The saying "fighting like cats and dogs" is birdlike: It flies out the window when a dog steps in and fosters kittens. Often when kittens are orphaned, a dog instinctively will take over the mothering responsibility until they're old enough to be weaned. It's lifesaving for a grieving dog, too.
Kittens' Nutritional Needs
It's best when the kittens can nurse from their natural mother for at least the first 24 hours of their lives. This is because in the first 24 hours after giving birth the mother cat produces colostrum, a substance that naturally provides antibodies to protect the kittens from infection. Overall, the vitamins and minerals that kittens and puppies require are very much the same, although kittens need more crude protein and less crude fat than puppies do. If it becomes necessary for a foster animal to come to the assistance of nursing kittens, a lactating dog can provide milk that will be similar enough in nutritional value to the milk that the kittens would get from their mother.
Encouraging the Dog to Foster
If you have a dog that is already lactating, putting the kittens in with her litter and having them nurse alongside the puppies is the next best thing to having their own mother. You cannot force a dog to accept babies that aren't her own, so there are no guarantees even with a dog that's nursing puppies. But in many cases the dog's nurturing instinct takes over and she will accept the tiny felines as part of her litter, not only feeding them and cleaning them but protecting them as well. It's not unheard of for a non-lactating dog to start to produce milk for an orphaned nursing animal when the need arises.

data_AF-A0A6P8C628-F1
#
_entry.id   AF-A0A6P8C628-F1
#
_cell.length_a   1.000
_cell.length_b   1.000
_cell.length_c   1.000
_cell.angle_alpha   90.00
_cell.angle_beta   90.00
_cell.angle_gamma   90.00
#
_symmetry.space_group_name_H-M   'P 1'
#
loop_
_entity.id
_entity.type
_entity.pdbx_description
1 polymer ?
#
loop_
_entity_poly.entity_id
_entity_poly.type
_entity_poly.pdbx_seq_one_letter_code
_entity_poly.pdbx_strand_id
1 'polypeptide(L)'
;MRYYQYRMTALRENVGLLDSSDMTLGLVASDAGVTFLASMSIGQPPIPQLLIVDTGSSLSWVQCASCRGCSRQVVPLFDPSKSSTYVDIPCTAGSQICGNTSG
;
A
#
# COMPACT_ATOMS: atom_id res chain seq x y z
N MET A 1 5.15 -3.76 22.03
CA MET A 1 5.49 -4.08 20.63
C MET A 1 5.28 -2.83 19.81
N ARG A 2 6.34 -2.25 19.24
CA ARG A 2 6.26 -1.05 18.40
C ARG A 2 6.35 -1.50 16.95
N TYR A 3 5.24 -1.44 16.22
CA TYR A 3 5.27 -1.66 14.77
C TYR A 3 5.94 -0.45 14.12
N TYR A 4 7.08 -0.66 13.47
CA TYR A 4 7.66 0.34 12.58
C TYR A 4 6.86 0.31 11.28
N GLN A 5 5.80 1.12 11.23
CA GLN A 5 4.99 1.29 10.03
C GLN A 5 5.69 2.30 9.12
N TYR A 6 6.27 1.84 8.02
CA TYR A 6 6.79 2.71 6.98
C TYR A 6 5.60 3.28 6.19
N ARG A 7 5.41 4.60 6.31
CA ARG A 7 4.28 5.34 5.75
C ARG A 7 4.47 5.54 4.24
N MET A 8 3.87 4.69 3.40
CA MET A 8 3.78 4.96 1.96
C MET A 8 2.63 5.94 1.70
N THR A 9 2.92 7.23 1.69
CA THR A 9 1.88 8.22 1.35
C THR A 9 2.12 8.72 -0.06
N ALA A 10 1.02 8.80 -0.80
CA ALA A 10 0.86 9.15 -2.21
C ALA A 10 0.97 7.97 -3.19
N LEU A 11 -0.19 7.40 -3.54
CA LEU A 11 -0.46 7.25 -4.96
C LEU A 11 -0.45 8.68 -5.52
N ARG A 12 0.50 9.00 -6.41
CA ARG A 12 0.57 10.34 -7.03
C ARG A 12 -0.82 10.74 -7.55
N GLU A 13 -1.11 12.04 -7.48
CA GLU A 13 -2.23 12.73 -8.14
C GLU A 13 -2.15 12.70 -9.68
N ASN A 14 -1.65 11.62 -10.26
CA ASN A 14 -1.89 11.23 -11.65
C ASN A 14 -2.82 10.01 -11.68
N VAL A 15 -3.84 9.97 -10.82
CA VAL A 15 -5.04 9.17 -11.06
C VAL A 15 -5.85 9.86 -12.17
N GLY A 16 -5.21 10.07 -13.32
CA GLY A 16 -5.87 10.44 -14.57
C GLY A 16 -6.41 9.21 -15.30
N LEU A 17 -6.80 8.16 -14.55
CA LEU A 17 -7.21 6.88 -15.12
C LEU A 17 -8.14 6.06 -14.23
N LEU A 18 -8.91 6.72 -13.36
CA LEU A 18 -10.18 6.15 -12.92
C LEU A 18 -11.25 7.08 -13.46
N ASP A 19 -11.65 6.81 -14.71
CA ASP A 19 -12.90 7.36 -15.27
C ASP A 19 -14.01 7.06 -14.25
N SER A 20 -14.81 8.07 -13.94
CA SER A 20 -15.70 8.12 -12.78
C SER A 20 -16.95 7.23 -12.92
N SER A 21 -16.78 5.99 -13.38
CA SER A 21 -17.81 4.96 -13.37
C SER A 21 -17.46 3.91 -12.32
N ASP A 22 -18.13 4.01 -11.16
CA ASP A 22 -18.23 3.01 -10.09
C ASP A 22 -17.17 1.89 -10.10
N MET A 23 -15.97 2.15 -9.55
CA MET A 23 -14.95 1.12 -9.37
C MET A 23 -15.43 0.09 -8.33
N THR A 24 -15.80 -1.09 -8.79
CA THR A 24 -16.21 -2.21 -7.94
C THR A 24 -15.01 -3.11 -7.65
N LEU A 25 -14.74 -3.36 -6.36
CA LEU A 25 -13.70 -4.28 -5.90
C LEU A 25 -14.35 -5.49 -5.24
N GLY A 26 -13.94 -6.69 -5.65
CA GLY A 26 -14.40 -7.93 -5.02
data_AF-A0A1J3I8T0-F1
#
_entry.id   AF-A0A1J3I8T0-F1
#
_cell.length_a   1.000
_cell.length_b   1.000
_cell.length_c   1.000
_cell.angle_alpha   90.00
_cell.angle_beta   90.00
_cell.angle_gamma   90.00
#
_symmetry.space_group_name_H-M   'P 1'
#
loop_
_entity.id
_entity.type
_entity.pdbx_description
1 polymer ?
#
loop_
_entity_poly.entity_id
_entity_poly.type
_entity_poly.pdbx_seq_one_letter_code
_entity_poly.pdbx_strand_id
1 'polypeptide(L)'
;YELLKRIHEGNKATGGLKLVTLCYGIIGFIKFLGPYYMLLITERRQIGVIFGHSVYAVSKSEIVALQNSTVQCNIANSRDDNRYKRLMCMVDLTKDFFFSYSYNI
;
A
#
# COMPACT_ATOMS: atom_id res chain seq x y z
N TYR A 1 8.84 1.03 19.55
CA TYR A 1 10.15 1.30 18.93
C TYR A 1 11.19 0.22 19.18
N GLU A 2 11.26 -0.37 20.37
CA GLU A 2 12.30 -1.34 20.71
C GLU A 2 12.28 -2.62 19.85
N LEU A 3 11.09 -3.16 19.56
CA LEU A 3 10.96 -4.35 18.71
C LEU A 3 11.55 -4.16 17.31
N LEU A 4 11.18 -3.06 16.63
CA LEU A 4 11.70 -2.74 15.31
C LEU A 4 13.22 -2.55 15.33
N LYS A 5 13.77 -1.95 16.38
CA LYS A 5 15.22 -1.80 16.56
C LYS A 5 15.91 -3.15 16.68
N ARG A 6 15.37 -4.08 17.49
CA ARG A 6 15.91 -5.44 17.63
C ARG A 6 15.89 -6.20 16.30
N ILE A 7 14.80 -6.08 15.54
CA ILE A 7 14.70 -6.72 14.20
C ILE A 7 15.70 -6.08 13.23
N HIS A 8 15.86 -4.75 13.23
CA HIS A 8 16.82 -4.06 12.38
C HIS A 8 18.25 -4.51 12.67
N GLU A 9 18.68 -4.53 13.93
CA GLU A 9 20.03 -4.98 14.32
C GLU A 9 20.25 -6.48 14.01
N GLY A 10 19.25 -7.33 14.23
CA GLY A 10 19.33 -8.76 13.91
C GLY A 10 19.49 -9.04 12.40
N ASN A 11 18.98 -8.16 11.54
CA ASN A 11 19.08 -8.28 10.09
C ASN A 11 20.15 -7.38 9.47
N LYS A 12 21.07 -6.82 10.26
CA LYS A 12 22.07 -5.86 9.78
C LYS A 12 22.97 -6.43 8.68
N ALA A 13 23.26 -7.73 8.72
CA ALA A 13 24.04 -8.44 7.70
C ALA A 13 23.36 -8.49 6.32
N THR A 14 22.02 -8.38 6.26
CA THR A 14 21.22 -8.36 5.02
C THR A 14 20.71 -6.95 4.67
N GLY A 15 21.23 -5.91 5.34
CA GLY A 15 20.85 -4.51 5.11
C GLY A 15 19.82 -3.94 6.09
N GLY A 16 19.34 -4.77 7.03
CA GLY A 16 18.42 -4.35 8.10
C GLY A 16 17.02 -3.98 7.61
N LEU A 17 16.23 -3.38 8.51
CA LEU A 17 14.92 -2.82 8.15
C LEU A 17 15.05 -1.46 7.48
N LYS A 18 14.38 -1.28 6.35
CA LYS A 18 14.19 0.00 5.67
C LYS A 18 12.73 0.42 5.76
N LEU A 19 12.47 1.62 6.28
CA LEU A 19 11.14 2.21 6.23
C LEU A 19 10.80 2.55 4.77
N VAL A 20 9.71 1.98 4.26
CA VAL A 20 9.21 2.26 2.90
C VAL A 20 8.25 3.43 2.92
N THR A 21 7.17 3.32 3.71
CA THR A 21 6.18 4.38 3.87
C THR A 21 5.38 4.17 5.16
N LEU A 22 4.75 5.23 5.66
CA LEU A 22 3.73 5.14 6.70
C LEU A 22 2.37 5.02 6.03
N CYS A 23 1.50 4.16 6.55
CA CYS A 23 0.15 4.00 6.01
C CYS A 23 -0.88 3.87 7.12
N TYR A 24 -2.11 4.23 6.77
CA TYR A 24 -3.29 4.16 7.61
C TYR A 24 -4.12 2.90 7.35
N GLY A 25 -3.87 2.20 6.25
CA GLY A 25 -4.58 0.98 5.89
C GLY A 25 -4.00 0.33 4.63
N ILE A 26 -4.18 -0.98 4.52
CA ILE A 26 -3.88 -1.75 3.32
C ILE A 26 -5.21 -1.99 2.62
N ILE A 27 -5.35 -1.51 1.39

Having a dog as a wet nurse for orphaned kittens is a great advantage over having to hand-feed them. They will be able to eat on their schedule instead of yours, and you won't have to worry about whether you're doing it right or if they're getting too little or too much to eat. The mother dog will also take care of keeping the kittens clean and warm, two other things off your "to-do" list. And kittens who are raised with puppies will be well socialized with dogs, which can make it easier to find homes when they are friendly and playful with other species.
When You Should Step In
There are times when you'll have to step in and do the fostering yourself. If your prospective surrogate doesn't readily accept the kittens, they could starve -- plus they can be in danger of harm from the dog. If the dog does accept the kittens but you can see that they are too small to nurse from her or they don't appear to be thriving and gaining weight, you will most likely have to bottle-feed them. Keep a close eye on the situation and contact your vet sooner rather than later to assure that the kittens' health isn't jeopardized. If you end up bottle-feeding the kittens in a case in which the dog accepts them other than nursing them, she may be able to help you by keeping the kittens clean and warm after you feed them.
- Acidophilus & Kittens
- Vitamins for Nursing Cats
- How to Tell if a Cat Is Rejecting Kittens
- Why Would a Cat Stop Nursing Its Kittens?
- How Do Newborn Kittens Find Mother's Teats?
- Foods for Kittens That Are Undernourished
- What to Feed a Dog That Had Pups to Help Her Milk
- Things You Need for Newborn Puppies